Tomorrow Jennifer will be here, and I will see him again, in the photos she will bring of him and in her face. How do you prepare yourself for that? He taught her to ski moguls, he left me before I was ready. He left off with me, and continued with her. The skiing, the summers in South Wellfleet, the dances at the weddings. He left her with his flag, to cry for his loss. I think that flag will travel here, and Dad will be there, here in the French countryside in Moosesucks with us.

I am left to wonder about his masters in psychology and the love he developed for photography.

"Did he still hunt?" I asked Jennifer?

"Oh, yes! Right up until he died, although in his last years he'd just have soon have taken his camera as his rifle." And my son, who has inherited my need to photograph what I see. From my father? I knew about the obsession with a perfect lawn. He carried, she told me, his dandelion lifter in his back pocket, just in case he came across one. I asked her to bring me one to replace the only one I ever saw here and lost, somewhere in the garden. I probably threw it away with a bunch of dandelions, before I learned that spraying and soil care is a lot easier than bending down to jam the dandelion thing into the ground and pry them out, one by one.

Somehow, he also learned to live while he was letting go of us, and of life. Why didn't he call us? Perhaps the space lab had just drifted too far, the arm grown too broken to reach back out. If he thought to repair it with the tools he sought in psychology, he certainly also thought it was too late, that we wanted things this way, that that is what I had asked for when I called to ask him to sign the papers, when it didn't occur to me to add, "unless you want to be our father," rather than waiting for him to say, "No, I am your father, and I am coming to see you."

I must go and finish preparing her room. I imagine he knows that I am doing that for her, for him, and I can't even count the number of spiders who gave their lives in the effort.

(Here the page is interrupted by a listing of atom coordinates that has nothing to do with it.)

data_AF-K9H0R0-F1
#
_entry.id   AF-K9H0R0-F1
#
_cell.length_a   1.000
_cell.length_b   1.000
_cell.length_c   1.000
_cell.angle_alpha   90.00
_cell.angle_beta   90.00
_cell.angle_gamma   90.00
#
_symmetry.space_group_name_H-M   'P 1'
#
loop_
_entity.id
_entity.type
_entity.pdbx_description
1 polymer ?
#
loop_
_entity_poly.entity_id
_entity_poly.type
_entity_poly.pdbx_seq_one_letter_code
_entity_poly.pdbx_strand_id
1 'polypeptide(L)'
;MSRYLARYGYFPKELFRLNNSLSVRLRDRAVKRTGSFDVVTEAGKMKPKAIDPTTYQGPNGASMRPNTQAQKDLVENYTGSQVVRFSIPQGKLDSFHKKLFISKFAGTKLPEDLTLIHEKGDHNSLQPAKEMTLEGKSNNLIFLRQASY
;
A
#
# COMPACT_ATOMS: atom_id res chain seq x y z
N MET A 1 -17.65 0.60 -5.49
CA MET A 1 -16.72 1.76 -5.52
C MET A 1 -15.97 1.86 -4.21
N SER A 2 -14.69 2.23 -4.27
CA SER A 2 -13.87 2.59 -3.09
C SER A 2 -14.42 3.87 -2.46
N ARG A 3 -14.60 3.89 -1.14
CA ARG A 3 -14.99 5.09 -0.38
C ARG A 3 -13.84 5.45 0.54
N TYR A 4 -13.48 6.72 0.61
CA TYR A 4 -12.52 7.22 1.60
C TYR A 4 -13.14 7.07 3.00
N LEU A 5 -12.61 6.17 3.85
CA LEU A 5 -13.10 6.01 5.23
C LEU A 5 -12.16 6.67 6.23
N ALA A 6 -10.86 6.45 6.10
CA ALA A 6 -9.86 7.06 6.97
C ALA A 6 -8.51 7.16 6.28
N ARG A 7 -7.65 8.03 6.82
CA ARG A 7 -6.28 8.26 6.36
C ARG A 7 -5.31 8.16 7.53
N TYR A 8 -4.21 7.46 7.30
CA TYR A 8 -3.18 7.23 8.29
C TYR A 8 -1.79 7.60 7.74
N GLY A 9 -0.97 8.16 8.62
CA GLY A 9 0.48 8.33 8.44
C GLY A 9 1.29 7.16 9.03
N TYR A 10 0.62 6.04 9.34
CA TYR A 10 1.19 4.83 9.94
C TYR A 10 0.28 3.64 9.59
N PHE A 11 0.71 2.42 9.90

The white door and trim on the orange walls are about to go Meteorite, too. It was my first idea -- a little more "modern", to go with the pared down simplicity (ahem) of the room --, but it was easy to do the white first and see. Audouin says orange, and I have to agree.

Forever orange.

My arms are killing me, right along with my hands and upper back. Audouin looked at me last evening, folding laundry at 11:30 pm and said, "Tu n'as pas arreté toute la journée."

"C'est comme ça depuis 2 semaines." In case he hadn't noticed.

I exaggerate. It's been like that for 2 days, although I have worked pretty hard for all of the last 2 weeks on this room. And I thought I'd get both rooms done on time. I edit constantly while I zip around like the Tasmanian devil through the multitude of things I feel I have to do, prioritizing on the run, the phrase, "Remember ladies, lower your expectations," running through my mind.

Things I have had to decide to live with:
  1. It's the smaller room that will be ready.
  2. The sea grass floor covering will not be installed because of the various leaks in the bathroom.
  3. The house will not be House & Garden quality.
  4. The pool is still a swamp because I haven't received the estimate I want from the fourth electrician with the middle price and the cheap one hasn't called as he said he would.
  5. The furnace continues to emit foul-smelling smoke, choking and offending us.
  6. The garden is not perfectly House & Garden quality, either, but it's not that bad. I've gotten to most of it, and made a Herculean effort -- ha, get it? Sisyphe making a Herculean effort? -- to clean up after the disappeared workers (another story I haven't had time to tell) and weed some more.
Oh! Did I mention the asbestos the roofer found?

I have to get going. IKEA waits for me, I must finish mowing the lawns (sounds grandiose, n'est-ce pas?), and I have the house to vacuum, the chair covers to decatfur, dry cleaning to pick up, and the list goes on.

I should make a list.

I am too tired to make a list.

I don't even want to stand up. It's 11:45, the clouds have gathered, and I meant to have left nearly three hours ago for IKEA. Time to lower my expectations another notch.